If you have a central air system that has stopped cooling, or you find puddles of water around the unit, check the condensate pump. A condensate pump is an important safety component as it removes condensation through a pipe, and it will shut off before the water damages the unit.
Replacing a condensate pump doesn't require advanced HVAC skills. Here are tips to replace an HVAC condensate pump.
Prepare to Work
For this project, you need:
- work gloves
- wet vacuum
- replacement rubber hose (optional)
- condensate pump
Let the unit run several cycles to remove oil. Before you remove the pump, try replacing the breaker switch that controls the unit. Sometimes, replacing the switch could fix the problem.
A breaker switch commonly slides off, or if it has screws attached you can remove with a screwdriver. Turn the power back on to test the unit. If the unit still doesn't work, proceed to replace the pump. Shut off power from the breaker box, and turn the thermostat down to the lowest setting.
Remove the Old Pump
The condensate pump is located inside the service panel on the outside unit. Use the screwdriver to detach the screws from the service panel.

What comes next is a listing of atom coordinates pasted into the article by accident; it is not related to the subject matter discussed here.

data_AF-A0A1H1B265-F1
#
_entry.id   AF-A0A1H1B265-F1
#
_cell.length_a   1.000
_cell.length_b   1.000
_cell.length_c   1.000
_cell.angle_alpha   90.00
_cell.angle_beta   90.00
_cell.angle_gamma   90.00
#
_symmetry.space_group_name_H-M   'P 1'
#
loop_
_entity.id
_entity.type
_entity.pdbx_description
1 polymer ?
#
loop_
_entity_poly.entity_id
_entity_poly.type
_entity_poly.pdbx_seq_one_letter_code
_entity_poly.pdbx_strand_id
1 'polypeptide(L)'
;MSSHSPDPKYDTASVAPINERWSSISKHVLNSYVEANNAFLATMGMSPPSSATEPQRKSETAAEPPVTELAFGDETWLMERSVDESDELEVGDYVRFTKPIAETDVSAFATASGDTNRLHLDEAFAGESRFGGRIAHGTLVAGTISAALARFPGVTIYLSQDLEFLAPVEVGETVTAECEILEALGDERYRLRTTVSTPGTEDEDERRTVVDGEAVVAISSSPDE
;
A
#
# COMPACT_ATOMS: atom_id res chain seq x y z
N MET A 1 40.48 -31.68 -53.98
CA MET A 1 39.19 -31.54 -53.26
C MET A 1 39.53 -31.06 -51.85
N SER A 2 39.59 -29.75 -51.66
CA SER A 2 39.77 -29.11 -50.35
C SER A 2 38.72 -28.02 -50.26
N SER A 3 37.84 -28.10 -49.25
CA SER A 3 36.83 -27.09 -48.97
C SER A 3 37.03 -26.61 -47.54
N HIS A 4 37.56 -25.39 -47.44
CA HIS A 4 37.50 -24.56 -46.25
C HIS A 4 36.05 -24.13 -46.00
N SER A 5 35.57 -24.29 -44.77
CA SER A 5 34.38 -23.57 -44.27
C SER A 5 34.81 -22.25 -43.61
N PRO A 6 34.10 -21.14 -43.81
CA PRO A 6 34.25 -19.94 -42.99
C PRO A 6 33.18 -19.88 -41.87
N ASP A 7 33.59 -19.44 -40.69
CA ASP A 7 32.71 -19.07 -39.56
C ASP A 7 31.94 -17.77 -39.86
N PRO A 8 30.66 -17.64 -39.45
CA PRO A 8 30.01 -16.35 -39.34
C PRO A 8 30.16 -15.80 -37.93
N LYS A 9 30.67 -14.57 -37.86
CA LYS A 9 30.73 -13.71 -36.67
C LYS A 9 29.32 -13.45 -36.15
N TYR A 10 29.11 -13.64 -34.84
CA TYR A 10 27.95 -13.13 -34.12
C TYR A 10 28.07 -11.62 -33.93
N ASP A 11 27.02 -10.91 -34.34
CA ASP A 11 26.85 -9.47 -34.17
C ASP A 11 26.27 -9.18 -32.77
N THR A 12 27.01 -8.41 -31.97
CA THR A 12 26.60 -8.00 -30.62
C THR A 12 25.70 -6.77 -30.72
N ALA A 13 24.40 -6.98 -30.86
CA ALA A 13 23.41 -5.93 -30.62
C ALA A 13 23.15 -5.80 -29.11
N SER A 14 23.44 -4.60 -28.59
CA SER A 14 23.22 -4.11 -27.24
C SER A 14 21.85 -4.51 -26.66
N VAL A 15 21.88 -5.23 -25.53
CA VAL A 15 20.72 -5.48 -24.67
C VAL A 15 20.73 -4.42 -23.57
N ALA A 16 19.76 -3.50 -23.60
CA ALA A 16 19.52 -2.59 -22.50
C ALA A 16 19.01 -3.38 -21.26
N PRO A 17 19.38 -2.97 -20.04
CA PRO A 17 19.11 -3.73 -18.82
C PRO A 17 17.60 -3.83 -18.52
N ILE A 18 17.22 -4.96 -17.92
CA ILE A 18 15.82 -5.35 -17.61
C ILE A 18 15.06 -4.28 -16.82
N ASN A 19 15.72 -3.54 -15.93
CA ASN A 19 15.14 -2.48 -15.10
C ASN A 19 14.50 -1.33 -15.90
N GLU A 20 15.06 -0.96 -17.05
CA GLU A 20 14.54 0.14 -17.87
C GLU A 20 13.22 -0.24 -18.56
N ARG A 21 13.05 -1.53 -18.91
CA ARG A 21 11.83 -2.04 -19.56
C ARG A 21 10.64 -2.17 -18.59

Look for the pump near the coils, or somewhere next to the unit. Condensate pumps have two sets of wires. A low-voltage wire set shuts off power when the drip pan is full, and the high-voltage wire set operates the motor.
Disconnect the drain hoses or tubes attached to the pump. You may want to take a picture of the wiring to use as a guide for connecting the new pump. Unplug high-voltage wiring.
Remove the wiring from the low-voltage wires by untwisting the wire nuts. Loosen the screws on the pump to detach it, taking care not to spill the water in it.
Install the New Pump
Replace damaged hoses or tubes. If the hoses or tubes are still good, clean them with bleach and warm water, and let them dry.
While the panel is off, check the drip pan attached to the coils. Depress the clips, or remove the screws to slide the pan out. Avoid touching the water in drip pans with your hands, because it could be contaminated. Use a wet vacuum to remove water.
Insert the new pump in place of the old one, connecting the wires and securing the connections with wire nuts. Reinstall the panel.
Restore power, and test the replacement pump. If you don't trust your skill, or the unit fails, contact a heating and air conditioning service.